## Estimation and Inference for Correlation Under Censoring

Yilun Cao '22 Department of Mathematics, Ohio Wesleyan University
Faculty mentor: Scott Linder, Ph.D.

### Abstract

In many clinical and industrial settings, data are subjected to censoring. Widely used, conventional statistical methods (t-tests, linear regression, etc.) are based on underpinning sampling distributions which typically become mathematically intractable when censoring occurs. Our study examines the effect of censoring on the accuracy of the method for estimating correlation using the Fisher transformation. When censoring is imposed, we observe that actual coverage rates of confidence intervals for the population correlation coefficient constructed through the Fisher Transformation method degrade very rapidly, rendering this method inappropriate. Again using simulation, we propose a shift and scale modification to the approximate normality of the sampling distribution of the Fisher transformed sample correlation. The scale and location shifts are functions of the degree of censoring. This allows us to proposed “modified” confidence intervals for the population correlation under censoring. We observe that these modified intervals offer slight improvement in coverage rate over the unmodified version.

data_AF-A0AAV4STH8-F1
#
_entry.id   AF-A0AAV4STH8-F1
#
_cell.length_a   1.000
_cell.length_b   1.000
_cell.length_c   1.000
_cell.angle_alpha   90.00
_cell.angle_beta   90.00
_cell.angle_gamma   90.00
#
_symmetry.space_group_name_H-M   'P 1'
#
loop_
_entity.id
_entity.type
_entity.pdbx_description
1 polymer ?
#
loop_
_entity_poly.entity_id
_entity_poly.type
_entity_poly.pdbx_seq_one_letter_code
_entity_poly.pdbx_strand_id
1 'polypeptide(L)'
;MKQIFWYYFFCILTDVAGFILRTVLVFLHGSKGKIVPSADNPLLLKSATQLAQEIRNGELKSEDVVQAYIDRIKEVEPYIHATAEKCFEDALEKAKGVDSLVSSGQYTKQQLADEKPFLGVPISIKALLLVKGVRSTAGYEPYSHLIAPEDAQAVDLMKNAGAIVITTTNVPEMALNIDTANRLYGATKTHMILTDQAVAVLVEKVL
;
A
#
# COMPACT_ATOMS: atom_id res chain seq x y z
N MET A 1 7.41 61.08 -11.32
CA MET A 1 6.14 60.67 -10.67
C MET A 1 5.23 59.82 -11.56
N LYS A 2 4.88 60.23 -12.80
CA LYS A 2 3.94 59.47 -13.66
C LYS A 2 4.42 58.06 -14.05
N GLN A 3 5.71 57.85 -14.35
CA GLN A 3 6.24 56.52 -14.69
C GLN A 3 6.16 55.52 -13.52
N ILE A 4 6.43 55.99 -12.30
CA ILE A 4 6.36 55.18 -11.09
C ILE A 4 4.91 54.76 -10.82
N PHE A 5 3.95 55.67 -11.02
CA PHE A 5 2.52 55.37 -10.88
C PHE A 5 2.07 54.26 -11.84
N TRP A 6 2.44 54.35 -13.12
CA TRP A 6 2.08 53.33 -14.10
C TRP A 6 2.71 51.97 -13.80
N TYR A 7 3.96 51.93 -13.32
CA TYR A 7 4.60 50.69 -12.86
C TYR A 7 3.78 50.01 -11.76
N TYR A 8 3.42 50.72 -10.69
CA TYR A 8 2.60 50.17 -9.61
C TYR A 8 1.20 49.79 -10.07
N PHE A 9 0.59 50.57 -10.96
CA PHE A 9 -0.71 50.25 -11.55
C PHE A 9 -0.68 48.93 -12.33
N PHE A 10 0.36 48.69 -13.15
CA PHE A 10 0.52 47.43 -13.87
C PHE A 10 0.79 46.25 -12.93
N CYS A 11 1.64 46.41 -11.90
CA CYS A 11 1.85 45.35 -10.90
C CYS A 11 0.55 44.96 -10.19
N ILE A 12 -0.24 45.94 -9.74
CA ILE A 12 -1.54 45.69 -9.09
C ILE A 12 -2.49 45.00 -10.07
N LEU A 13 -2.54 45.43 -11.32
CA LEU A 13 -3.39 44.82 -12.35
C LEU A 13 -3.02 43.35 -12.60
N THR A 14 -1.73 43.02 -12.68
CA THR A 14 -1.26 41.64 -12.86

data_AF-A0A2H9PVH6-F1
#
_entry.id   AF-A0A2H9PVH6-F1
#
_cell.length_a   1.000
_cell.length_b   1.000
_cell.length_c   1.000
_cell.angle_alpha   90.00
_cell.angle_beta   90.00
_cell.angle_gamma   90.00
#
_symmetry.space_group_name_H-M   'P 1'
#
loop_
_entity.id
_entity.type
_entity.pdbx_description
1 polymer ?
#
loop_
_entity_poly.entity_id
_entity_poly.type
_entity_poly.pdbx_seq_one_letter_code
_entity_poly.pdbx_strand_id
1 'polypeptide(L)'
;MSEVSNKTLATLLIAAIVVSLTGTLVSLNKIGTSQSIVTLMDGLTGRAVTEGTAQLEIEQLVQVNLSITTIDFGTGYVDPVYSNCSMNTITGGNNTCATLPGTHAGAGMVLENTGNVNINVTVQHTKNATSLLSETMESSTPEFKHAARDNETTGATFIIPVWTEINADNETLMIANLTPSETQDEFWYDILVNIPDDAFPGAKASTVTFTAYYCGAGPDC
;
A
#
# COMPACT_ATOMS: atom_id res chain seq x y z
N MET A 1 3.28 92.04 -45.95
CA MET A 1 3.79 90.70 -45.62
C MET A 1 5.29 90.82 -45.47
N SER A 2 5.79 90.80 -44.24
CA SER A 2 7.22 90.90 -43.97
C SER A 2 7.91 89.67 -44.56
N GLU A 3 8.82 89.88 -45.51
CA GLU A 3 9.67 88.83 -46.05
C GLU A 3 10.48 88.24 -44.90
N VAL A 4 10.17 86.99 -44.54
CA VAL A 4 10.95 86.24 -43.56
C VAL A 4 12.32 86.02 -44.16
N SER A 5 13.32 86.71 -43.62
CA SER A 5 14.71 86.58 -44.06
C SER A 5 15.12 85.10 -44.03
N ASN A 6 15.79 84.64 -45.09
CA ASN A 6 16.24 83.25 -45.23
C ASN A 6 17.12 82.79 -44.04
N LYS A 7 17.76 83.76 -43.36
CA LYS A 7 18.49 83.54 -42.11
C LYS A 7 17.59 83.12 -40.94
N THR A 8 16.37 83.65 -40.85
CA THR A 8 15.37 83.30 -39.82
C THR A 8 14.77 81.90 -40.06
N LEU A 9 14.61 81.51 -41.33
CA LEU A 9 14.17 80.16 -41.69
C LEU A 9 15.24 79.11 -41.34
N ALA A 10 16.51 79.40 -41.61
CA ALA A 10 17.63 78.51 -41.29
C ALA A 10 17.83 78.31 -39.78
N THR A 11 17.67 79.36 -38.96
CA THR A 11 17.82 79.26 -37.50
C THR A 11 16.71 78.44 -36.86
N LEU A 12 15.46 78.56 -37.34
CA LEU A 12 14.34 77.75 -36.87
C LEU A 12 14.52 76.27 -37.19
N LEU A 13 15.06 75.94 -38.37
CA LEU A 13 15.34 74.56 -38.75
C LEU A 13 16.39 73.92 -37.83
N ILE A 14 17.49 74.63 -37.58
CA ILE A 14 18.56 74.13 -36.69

### Background

The Fisher Transformation is used to estimate the population correlation coefficient ρ. With r representing the sample correlation, denote the Fisher transformed sample correlation z: z=0.5ln((1+r)/(1-r))

In the full-sample setting (no censoring), the sampling distribution of the z is approximately normal, and this approximation is quite good even for samples as small as n = 8. When p < n observations are made, censoring has occurred. Using simulation we see that this impacts the sampling distribution of z.

## METHOD ## OUTCOMES

We tested the result by simulating actual confidence levels for nominally 95% confidence intervals, using n=10, 30, and 50 with ρ =0.1, 0.5, 0.9. The plots below demonstrate coverage rates when n is 50.